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Delay of Sentence MCL 771.1

What is a delay of sentence? 

Under Michigan law, MCL 771.1, or more commonly known as a delay of a sentence, is a special tool that allows a judge to place a person on a period of probation and if that person successfully completes probation the case is either reduced, or more commonly dismissed. 

Having the case ultimately dismissed allows a person to go on with their life without a criminal conviction. When filling out job and school application, if a questions asks if they have been convicted of a crime, they can answer “no”. 

How does a delay of sentence work? 

A delay of sentence is typically used as a negotiation tool. When someone is accused of a crime they have the option of going to trial to challenge the allegation or they can admit guilt to the allegation. 

Even in cases where guilt may be obvious, a good criminal lawyer is going to try to negotiate some kind of plea deal to get a lessor sentence, or a reduction to a less serious charge. 

A delay of sentence is one of the things a good lawyer may try to negotiate. This allows a person to enter a plea of guilt to resolve the case and avoid a trial with the promise of ultimately earning a dismissal or reduction with good behavior. 

A delay of sentence can be used in both misdemeanor and felony cases. Usually, a delay of sentence results in a dismissal but it can also result in a reduction. For example, we have had cases where a person is charged with a felony and as a result of the delay of sentence their case is reduced to a misdemeanor after completing probation.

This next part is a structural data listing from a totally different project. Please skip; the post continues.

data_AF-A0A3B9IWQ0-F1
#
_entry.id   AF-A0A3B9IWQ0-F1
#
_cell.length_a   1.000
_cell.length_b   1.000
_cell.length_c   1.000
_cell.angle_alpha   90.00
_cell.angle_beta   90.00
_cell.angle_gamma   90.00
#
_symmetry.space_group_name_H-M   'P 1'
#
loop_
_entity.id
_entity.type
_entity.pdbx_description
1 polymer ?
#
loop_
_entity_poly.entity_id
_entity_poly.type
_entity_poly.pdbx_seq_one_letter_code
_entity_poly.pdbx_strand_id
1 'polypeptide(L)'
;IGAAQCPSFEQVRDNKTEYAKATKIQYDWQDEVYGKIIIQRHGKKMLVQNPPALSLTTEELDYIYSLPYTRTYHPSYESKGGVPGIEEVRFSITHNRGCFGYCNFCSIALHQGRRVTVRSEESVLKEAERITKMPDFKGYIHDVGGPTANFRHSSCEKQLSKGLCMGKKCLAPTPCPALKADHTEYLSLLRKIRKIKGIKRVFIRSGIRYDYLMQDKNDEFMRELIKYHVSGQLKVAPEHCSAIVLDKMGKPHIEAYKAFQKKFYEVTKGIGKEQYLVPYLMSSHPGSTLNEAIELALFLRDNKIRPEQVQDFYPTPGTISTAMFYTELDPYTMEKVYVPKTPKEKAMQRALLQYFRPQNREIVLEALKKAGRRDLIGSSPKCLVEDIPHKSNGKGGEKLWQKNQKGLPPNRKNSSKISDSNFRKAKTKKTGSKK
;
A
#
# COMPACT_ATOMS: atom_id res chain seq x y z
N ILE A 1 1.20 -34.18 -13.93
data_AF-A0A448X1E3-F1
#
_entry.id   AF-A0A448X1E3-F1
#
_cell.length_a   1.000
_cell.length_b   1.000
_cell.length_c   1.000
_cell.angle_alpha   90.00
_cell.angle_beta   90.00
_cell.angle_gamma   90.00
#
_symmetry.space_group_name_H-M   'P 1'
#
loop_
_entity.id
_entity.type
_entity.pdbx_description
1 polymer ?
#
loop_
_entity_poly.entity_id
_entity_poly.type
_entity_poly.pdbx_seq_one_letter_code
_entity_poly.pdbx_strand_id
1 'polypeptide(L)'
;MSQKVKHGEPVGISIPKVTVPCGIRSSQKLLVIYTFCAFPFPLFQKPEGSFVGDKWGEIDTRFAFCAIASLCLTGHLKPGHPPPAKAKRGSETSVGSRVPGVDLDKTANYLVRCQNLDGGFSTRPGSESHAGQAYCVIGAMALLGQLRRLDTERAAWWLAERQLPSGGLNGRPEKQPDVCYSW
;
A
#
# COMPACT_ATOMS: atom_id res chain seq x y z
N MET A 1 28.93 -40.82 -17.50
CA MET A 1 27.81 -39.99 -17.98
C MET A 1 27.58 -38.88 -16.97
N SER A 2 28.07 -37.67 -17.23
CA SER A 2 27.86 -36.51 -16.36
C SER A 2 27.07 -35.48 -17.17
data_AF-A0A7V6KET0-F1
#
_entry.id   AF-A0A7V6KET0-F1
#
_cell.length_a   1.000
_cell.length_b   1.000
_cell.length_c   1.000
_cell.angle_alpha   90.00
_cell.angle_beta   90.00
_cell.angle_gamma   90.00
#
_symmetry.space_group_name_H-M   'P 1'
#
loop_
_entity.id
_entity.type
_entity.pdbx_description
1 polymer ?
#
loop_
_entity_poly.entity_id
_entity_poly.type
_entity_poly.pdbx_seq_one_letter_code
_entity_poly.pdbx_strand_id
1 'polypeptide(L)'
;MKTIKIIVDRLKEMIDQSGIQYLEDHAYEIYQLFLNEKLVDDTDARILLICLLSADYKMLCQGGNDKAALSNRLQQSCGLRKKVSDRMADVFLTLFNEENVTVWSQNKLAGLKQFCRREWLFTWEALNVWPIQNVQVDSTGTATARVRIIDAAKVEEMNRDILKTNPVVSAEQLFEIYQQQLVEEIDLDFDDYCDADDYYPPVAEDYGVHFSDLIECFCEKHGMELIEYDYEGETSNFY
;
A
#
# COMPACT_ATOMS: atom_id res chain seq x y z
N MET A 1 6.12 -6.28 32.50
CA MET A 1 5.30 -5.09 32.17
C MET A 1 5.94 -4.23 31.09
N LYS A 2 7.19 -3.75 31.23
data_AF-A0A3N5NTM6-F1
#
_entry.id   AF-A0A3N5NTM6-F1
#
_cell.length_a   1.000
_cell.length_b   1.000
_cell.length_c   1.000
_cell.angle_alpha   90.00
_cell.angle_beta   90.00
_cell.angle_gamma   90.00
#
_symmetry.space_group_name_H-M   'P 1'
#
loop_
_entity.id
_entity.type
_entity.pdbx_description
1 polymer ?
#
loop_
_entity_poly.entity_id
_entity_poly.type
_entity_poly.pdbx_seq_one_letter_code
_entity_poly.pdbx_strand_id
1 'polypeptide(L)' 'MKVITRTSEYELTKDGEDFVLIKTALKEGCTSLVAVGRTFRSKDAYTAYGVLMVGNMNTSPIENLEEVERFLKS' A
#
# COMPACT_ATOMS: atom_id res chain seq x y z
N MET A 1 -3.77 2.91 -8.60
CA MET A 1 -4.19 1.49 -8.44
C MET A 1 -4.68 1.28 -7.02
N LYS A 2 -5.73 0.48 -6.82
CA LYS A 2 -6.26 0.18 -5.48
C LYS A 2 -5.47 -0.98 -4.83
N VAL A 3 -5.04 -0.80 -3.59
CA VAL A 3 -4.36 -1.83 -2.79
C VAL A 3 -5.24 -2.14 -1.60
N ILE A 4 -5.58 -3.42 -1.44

Delay of sentence limitations

A delay of sentence cannot be used in all criminal cases. Murder, treason, criminal sexual conduct in the first and third degree, armed robbery, and major controlled substance offenses are excluded under the delay of sentence statute MCL 771.1(1). 

In order to get a reduction or dismissal the prosecuting attorney as well as the judge must agree to grant the delay of sentence. 

A delay of sentence cannot last more than one year. MCL 771.1(2). This means that the probationary period for a delay of sentence must be one year or less. 

Some judges will limit a delay of sentence to first time offenders, but it is not a requirement that a person be a first time offender in order to get the benefit of a delay of sentence. While it is not easy, our office has been able to negotiate a delay of sentence for second and even third time offenders. 

What happens if I violate probation on a delay of sentence? 

It is ultimately up to the judge, but if you violate your probation on a delay of sentence a judge can take the privilege away and the conviction will stay on your record. 

Michigan Criminal Lawyer

If you have been charged with a crime, call Michigan criminal lawyer, Aaron J. Boria (734) 453-7806. We fight for our clients and do everything we can to get them the absolute best result possible.